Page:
And Then She Left.


And Then She Left.

Maybe She Was Better At Leaving Than Staying.

Maybe she had made a huge mess of things again.

All she knew was that her lungs were so tired of breathing in the suffocating scent of stale air and sour memories—she needed fresh evergreen breezes and the wild expanse of new possibilities.

Was she a coward? Or, was she courageous?

She didn’t give a damn either way.

She was ready to do what she needed to do for the sake of her soul.

She wasn’t afraid to wipe the slate clean. She wasn’t afraid to tell the past to go f*ck itself. She wasn’t afraid to go off solo and spread her wings in a brand new way. She wasn’t afraid to follow the tenuous threads of her dreams and see where each glittering fiber would lead—whose paths she would cross, what explosions of love and gritty truth she could create.

When life becomes a suffocating prison, we always have the option to break free.

She knew this, in the feathery depths of her falcon soul, from the trembling heights of her wandering spirit, from the rocky valleys of her flowing tears.

She moved with the wind, with the melting shadow of the sun—-she moved when the whispers of her heart told her to.

This could seem like a lonely, nomadic existence, but it was not lonely for her. In her mind, there was no richer company than the open road, the whipping winds dancing through her hair, the seductive song of the strawberry sunset in her rearview mirror and the restless chatter of dreams filling her ears like the excited buzz of poems not yet written.

She left.

She left everything behind. She crossed cities, small towns and state lines.

She left behind frayed friendships and mistakes and loves gone terribly wrong,

She left it all behind in the blink of an eye.

She was not sad.

It would have been nice and pretty to say that she was devastated with grief, but she wasn’t. Her tears were of blossoming hope; they were not tinged bitter with the sting of regret.

For her, goodbyes always held this wild sort of magic, this tingly influx of raw energy. She could sense the buzzing lilac scent of new possibilities through each sticky layer of pain and feel new life budding—ruby red, streaked with purple, sprouting lush emerald leaves, growing tenderly—in her veins. If endings were like the icy depths of winter, new beginnings were like spring. And she was so ready for spring.

So she left.

She left in a lightning flash, in a mad dash of hope. She stormed outside like the fiercest wind, and moved the hell on.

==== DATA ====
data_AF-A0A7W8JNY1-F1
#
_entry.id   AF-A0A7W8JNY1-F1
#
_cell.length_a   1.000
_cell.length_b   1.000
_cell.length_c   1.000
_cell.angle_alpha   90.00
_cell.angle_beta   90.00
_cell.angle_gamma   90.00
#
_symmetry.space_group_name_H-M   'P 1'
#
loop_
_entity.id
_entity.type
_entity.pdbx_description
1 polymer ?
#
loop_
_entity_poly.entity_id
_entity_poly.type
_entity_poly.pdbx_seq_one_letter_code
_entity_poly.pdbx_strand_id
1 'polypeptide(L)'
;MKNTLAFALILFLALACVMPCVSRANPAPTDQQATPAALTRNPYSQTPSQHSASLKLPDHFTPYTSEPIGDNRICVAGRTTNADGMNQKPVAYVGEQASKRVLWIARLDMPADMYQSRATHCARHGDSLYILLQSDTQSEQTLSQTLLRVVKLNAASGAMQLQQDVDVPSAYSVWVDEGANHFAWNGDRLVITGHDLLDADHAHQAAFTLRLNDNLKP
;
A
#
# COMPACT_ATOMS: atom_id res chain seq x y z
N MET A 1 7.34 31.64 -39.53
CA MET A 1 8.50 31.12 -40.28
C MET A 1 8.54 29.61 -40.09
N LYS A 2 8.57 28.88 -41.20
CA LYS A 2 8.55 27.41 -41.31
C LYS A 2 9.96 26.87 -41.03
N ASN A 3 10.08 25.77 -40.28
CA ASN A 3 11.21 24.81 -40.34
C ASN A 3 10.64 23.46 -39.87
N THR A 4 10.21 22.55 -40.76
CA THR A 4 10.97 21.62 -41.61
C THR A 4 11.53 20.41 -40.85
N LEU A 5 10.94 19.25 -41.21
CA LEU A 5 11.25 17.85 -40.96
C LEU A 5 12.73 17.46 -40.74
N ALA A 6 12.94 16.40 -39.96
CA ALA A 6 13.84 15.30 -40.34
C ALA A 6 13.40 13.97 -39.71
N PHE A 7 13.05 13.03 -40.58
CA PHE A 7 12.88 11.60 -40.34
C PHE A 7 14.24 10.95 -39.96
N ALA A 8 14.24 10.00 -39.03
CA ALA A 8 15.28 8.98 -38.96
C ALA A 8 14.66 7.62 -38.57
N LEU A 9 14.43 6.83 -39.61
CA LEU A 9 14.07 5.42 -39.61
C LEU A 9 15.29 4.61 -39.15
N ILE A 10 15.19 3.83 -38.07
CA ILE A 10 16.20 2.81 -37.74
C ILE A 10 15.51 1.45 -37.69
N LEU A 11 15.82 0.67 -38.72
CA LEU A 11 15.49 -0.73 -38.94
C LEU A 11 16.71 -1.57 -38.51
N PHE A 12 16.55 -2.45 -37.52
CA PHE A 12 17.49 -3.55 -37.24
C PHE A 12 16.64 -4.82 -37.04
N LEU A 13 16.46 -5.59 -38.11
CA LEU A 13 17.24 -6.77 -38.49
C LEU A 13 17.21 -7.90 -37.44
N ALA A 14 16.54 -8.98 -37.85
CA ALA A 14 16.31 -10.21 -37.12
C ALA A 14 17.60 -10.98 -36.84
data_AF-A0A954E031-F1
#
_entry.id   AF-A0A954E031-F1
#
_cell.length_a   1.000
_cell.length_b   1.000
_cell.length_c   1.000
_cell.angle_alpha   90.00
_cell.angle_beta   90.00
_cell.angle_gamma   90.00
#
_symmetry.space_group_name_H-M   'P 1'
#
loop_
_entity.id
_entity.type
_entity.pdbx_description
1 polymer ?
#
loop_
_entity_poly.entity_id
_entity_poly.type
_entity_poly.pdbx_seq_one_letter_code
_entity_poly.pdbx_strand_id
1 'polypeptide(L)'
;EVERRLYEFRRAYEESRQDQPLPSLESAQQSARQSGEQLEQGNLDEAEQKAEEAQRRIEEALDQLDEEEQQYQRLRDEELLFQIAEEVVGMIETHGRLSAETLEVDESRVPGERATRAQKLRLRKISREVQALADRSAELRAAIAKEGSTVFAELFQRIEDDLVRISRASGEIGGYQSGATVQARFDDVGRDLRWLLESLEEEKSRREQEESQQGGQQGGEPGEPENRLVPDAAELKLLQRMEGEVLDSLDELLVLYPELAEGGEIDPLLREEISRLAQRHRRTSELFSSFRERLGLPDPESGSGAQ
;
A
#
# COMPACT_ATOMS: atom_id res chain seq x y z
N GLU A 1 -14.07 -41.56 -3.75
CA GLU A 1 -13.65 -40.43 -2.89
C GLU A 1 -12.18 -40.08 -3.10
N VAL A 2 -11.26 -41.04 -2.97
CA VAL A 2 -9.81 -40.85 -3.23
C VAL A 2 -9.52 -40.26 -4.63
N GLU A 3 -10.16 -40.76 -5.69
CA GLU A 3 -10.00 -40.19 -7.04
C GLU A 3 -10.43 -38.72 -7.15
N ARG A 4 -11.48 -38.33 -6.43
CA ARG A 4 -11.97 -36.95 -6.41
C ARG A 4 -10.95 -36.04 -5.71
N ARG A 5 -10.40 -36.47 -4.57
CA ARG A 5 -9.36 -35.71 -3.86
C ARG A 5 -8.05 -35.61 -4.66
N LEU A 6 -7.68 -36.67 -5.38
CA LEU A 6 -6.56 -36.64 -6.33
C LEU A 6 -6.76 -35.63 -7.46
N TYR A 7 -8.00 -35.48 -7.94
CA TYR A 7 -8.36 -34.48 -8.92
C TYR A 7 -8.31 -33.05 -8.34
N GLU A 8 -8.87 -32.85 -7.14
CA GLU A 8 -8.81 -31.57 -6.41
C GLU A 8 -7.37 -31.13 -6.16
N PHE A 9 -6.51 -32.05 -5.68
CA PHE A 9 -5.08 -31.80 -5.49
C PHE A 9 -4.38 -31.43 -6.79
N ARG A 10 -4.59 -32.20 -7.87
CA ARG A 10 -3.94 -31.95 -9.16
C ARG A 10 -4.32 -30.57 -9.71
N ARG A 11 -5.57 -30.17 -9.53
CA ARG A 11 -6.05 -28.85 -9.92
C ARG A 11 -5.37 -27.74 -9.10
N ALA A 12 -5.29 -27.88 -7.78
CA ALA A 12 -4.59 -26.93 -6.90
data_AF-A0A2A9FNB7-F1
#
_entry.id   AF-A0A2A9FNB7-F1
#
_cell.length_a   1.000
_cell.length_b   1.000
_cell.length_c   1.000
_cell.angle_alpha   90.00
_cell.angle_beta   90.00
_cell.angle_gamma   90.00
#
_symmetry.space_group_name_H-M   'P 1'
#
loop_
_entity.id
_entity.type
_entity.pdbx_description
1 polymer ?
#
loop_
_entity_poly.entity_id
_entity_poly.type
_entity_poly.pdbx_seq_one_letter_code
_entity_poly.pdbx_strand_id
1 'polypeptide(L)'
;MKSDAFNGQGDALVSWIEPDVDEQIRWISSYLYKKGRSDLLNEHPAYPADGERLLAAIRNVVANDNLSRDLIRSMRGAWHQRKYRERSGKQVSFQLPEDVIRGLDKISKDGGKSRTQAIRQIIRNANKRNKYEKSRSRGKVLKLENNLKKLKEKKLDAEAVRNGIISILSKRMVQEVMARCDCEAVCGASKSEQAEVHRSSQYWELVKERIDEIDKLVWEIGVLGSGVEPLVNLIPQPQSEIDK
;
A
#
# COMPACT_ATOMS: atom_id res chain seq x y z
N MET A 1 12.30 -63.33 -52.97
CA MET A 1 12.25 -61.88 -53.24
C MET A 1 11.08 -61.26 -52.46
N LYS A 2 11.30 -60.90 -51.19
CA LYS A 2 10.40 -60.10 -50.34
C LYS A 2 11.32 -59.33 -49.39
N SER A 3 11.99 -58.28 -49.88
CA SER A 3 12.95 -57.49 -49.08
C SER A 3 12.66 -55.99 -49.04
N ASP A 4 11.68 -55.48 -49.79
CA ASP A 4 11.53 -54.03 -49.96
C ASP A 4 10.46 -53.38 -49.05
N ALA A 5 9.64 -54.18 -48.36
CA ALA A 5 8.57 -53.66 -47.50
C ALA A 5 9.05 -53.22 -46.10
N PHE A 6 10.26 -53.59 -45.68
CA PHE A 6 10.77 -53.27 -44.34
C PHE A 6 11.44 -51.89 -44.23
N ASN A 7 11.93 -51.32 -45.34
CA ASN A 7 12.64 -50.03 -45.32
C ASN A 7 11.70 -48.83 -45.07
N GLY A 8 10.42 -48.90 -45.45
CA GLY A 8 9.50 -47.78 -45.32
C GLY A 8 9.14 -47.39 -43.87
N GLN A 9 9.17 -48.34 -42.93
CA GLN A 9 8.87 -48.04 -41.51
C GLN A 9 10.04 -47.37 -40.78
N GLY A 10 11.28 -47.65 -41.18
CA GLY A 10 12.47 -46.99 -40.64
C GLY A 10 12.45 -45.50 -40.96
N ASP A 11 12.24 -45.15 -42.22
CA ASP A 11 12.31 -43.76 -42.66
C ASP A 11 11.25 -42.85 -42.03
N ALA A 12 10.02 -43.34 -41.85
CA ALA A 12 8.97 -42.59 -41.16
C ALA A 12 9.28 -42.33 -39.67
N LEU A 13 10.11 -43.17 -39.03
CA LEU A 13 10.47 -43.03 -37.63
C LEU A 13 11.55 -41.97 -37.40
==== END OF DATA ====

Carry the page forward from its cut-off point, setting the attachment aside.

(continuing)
She let the harsh pain of the past slip through her fingertips, like scratchy grains of sand. She had suffered long enough—for far too long—and she was done torturing herself, blaming herself mercilessly for everything. She was done apologizing for who she was, done holding tightly to the tattered ropes of things that would never be.

She threw the ashen remains of the confused girl she used to be, of all the tough sh*t she had been through, to the fingernail edge of the crescent moon—a gesture of truth and forgiveness and transmuted beauty.

And then, on the coattails of her own excited exhale, she left.

She rejoined her jeweled soul in a majestic mountain land, soaked with sun, speckled with evergreens. She walked forward, with brave feet, feeling a thousand pounds lighter, with fresh skin and a ripe, open heart.

Maybe she was better at leaving than staying.

Maybe she had made a huge mess of things again.

All she knew was that her lungs were so damn tired of breathing in the stale scent of sour memories. She needed fresh evergreen breezes and the wild expanse of new possibilities.

And so it was.

She said goodbye to a life that was never hers.

She said hello the sparkling emerald seas of destiny.

Because she had always known that when our days start to feel like a suffocating prison, we can break free.

So she did.

And freedom, oh sweet freedom—it tasted juicier than she’d ever dreamed.


Author: Sarah Harvey

Originally appeared on Elephant journal



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Thinking Humanity: And Then She Left.
And Then She Left.
Maybe She Was Better At Leaving Than Staying.
Thinking Humanity
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